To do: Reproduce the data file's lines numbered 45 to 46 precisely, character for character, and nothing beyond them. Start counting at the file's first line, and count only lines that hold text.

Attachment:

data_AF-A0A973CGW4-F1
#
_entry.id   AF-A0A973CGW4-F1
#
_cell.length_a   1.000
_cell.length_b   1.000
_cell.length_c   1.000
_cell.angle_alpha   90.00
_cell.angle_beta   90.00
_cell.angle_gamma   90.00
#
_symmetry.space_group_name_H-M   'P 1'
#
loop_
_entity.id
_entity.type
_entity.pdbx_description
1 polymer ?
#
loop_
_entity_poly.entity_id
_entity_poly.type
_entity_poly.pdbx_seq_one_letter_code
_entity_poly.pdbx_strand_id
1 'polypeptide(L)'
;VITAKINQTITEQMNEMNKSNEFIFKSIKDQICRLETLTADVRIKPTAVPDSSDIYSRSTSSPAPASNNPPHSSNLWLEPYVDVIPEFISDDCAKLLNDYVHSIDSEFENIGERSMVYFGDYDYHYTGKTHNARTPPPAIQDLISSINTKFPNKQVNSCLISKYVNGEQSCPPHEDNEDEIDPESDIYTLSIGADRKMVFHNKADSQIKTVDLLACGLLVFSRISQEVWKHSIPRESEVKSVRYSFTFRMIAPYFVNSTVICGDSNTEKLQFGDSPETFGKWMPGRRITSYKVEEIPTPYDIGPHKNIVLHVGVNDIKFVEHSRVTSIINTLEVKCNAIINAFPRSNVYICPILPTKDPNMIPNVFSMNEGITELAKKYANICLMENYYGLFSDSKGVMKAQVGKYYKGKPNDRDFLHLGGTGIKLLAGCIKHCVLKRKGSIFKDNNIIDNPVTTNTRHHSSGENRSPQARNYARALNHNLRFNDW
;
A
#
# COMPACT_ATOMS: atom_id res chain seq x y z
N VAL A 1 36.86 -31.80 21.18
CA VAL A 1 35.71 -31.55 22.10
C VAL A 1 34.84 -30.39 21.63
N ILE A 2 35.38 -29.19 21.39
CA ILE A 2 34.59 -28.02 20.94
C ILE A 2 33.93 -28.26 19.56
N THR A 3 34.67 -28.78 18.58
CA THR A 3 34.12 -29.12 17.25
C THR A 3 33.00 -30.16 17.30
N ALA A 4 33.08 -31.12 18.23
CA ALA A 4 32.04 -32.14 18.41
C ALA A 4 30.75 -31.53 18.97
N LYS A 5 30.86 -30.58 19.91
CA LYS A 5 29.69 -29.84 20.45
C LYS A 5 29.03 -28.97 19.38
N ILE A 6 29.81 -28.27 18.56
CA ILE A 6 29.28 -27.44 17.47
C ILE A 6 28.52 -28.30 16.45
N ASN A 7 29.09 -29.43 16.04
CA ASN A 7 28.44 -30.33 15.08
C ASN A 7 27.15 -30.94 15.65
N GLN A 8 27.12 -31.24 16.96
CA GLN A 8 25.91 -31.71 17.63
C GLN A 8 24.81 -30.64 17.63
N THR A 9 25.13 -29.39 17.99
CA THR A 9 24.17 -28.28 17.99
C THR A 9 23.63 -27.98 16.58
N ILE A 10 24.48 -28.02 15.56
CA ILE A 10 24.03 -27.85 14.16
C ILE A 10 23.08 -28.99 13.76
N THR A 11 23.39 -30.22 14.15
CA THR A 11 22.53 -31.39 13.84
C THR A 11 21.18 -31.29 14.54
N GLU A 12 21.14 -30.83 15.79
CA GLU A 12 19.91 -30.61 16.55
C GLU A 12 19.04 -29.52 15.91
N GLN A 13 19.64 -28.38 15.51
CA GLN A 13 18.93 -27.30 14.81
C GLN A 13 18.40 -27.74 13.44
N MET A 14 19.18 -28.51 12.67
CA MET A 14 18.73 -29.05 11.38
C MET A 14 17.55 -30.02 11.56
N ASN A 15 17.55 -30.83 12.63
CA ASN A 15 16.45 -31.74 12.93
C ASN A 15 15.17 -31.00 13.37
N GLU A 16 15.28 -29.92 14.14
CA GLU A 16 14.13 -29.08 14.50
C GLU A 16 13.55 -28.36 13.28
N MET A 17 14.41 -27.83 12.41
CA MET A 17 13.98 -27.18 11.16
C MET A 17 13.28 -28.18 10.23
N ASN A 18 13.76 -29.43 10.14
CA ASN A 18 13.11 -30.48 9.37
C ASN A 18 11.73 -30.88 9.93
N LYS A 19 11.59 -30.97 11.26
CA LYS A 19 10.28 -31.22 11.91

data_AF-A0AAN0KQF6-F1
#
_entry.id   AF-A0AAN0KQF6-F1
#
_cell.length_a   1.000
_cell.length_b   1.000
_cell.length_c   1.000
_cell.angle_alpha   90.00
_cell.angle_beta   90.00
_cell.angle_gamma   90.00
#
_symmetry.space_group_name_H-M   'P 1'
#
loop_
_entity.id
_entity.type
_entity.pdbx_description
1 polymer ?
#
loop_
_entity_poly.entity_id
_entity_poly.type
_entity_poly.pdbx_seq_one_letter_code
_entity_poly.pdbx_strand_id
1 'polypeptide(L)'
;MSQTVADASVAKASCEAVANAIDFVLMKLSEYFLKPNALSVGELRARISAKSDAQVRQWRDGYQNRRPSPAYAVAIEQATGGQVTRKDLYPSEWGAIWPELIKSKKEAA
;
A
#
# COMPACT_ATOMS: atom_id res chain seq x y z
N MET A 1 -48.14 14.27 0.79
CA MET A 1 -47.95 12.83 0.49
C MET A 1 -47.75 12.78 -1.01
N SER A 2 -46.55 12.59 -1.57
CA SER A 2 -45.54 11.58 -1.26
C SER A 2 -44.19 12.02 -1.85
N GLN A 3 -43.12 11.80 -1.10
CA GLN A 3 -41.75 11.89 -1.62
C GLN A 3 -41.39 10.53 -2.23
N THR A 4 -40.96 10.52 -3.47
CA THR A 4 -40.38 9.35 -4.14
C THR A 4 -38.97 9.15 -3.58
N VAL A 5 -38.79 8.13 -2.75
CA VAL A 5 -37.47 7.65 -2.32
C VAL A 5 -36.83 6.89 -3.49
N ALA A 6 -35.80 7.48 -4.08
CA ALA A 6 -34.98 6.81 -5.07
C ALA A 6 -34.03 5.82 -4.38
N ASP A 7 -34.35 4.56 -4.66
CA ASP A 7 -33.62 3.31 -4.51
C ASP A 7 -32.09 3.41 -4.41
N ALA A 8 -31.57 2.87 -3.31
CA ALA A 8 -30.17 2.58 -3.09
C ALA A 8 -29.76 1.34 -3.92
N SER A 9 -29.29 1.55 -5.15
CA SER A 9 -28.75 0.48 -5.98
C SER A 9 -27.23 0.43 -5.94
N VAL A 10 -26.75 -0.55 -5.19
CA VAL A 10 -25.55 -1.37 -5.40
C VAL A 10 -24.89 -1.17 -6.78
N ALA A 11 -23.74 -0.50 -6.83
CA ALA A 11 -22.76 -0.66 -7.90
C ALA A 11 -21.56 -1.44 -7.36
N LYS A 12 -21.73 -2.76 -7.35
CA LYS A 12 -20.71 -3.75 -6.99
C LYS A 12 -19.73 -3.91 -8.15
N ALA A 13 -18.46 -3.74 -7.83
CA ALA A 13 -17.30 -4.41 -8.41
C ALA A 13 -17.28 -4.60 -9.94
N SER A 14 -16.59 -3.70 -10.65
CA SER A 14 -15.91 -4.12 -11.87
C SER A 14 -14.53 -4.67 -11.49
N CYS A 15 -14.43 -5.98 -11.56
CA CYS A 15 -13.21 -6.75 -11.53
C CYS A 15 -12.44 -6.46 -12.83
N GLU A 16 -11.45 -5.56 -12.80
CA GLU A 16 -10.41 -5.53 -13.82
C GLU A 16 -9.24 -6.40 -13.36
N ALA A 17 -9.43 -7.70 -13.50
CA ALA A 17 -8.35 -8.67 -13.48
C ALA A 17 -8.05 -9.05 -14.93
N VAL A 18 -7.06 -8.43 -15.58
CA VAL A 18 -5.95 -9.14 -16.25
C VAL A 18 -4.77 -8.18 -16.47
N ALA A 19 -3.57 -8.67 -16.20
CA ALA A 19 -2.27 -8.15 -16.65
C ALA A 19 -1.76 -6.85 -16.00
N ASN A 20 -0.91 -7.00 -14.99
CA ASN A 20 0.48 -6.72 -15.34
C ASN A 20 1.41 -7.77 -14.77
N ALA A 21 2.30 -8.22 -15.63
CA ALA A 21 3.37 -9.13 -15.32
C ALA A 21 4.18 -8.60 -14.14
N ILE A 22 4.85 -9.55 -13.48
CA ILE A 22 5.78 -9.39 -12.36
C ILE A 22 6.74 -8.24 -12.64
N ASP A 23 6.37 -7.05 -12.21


C LYS A 5 29.03 -28.97 19.38
N ILE A 6 29.81 -28.27 18.56